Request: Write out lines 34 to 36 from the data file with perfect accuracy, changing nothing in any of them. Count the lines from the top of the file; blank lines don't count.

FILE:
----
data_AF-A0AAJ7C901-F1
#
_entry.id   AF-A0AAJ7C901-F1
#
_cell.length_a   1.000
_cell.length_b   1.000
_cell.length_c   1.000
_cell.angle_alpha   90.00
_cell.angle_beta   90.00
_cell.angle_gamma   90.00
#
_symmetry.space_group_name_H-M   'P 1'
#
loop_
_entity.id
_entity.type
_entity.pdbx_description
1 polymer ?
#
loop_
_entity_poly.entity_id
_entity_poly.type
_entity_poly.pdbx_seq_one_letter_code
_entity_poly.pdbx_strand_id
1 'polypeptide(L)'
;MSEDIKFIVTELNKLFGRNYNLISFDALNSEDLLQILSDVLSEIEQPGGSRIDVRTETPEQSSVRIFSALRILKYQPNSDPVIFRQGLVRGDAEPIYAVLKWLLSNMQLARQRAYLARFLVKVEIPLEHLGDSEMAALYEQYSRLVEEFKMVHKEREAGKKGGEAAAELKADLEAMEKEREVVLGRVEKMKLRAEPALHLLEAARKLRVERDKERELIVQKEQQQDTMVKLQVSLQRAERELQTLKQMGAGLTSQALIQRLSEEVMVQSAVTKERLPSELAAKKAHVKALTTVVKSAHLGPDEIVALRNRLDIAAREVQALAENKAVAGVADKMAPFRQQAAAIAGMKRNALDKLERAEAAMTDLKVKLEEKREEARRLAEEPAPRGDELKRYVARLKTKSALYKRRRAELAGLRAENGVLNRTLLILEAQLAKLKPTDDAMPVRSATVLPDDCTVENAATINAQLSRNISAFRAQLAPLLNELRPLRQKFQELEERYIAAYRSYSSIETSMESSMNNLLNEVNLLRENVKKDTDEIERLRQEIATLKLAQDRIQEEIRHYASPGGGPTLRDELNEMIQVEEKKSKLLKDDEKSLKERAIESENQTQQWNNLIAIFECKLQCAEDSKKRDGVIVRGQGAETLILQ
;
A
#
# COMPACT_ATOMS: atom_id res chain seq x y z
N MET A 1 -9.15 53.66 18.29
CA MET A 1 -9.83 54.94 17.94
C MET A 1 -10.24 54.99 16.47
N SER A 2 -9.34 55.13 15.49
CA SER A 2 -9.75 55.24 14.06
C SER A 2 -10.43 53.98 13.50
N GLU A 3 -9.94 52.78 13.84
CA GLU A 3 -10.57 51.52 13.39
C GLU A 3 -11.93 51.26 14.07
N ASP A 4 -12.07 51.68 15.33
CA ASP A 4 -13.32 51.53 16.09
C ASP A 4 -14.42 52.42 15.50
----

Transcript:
N SER A 2 -9.34 55.13 15.49
CA SER A 2 -9.75 55.24 14.06
C SER A 2 -10.43 53.98 13.50